Readers Question “To what extent can government use demand management policies to reduce unemployment without affecting inflation?” (60)
1. Monetary and fiscal policy can be used to increase AD and therefore increase economic growth. For example, if the MPC cut interest rates, this makes borrowing cheaper and therefore encourages investment and consumption. This will cause a rise in AD. If there is spare capacity in the economy then there will be an increase in Real Output; as firms produce more they will demand more workers and this will reduce demand deficient unemployment.
This could cause inflation depending on the elasticity of the AS curve. If there is a lot of spare capacity rising AD will not cause inflation. However, if the rise in AD causes a multiplier effect and the economy gets close to full capacity then there will be inflation.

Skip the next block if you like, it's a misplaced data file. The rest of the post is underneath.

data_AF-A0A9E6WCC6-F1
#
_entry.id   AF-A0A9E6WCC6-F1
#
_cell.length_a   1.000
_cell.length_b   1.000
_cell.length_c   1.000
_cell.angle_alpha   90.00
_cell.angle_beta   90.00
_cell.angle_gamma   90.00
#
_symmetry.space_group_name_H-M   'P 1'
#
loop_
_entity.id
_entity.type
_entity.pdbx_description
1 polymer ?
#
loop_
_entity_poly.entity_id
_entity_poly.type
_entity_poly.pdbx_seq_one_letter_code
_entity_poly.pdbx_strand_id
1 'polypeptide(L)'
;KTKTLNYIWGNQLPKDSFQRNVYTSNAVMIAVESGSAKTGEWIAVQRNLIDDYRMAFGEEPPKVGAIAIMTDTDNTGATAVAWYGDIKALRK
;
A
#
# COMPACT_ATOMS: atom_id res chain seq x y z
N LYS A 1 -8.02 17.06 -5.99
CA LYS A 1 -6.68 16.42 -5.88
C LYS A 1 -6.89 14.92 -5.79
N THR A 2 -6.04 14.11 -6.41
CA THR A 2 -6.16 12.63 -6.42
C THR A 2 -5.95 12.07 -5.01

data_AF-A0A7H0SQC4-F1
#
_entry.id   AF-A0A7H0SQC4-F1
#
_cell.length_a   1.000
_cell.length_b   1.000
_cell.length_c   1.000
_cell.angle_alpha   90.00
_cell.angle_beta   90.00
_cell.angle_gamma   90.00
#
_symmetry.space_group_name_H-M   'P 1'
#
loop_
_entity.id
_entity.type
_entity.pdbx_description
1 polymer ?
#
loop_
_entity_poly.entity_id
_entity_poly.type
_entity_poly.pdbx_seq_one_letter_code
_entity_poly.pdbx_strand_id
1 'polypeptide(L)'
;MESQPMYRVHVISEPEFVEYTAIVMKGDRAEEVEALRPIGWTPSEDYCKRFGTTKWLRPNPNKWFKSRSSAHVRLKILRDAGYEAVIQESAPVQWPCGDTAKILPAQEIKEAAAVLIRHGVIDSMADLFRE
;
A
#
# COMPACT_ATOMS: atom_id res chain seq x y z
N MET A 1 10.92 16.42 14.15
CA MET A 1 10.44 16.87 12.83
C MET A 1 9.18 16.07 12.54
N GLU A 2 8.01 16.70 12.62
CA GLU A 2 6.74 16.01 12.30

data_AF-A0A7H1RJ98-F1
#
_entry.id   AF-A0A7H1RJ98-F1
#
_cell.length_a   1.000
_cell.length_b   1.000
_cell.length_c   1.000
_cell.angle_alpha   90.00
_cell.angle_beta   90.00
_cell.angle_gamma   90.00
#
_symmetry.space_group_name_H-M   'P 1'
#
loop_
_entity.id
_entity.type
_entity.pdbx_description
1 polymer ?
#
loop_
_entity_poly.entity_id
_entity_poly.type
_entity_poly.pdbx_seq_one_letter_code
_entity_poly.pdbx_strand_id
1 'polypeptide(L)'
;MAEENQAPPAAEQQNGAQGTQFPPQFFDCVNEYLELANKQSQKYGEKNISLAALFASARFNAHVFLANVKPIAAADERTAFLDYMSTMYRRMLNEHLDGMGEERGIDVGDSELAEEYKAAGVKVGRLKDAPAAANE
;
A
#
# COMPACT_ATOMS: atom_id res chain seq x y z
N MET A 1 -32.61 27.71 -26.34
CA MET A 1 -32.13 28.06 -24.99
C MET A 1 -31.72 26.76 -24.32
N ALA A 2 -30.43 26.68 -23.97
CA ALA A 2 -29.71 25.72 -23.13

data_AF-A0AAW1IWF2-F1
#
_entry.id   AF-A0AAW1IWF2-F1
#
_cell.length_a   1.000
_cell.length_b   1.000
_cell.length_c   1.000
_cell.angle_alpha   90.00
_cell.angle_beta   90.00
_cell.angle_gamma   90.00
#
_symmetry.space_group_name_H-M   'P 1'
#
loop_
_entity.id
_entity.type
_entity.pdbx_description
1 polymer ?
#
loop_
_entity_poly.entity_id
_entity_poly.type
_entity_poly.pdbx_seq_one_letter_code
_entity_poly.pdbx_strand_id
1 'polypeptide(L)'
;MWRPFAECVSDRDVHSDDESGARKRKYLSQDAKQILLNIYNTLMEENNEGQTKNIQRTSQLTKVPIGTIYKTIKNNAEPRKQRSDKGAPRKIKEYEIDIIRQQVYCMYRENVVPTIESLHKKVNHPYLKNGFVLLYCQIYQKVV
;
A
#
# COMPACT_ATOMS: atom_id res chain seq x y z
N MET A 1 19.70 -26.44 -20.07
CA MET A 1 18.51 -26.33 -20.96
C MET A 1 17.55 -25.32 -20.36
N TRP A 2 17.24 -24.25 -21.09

However, demand side policies may completely fail to reduce unemployment. Monetarists argue that rising demand only causes a temporary fall in unemployment. This is because unemployment may be due entirely to supply side factors. For example, frictional, structural and powerful unions. To reduce supply side unemployment requires supply side policies. e.g. if government increased flexibility of labour markets it may help reduce structural unemployment. These policies would be successful in reducing the natural rate of unemployment without causing inflation.
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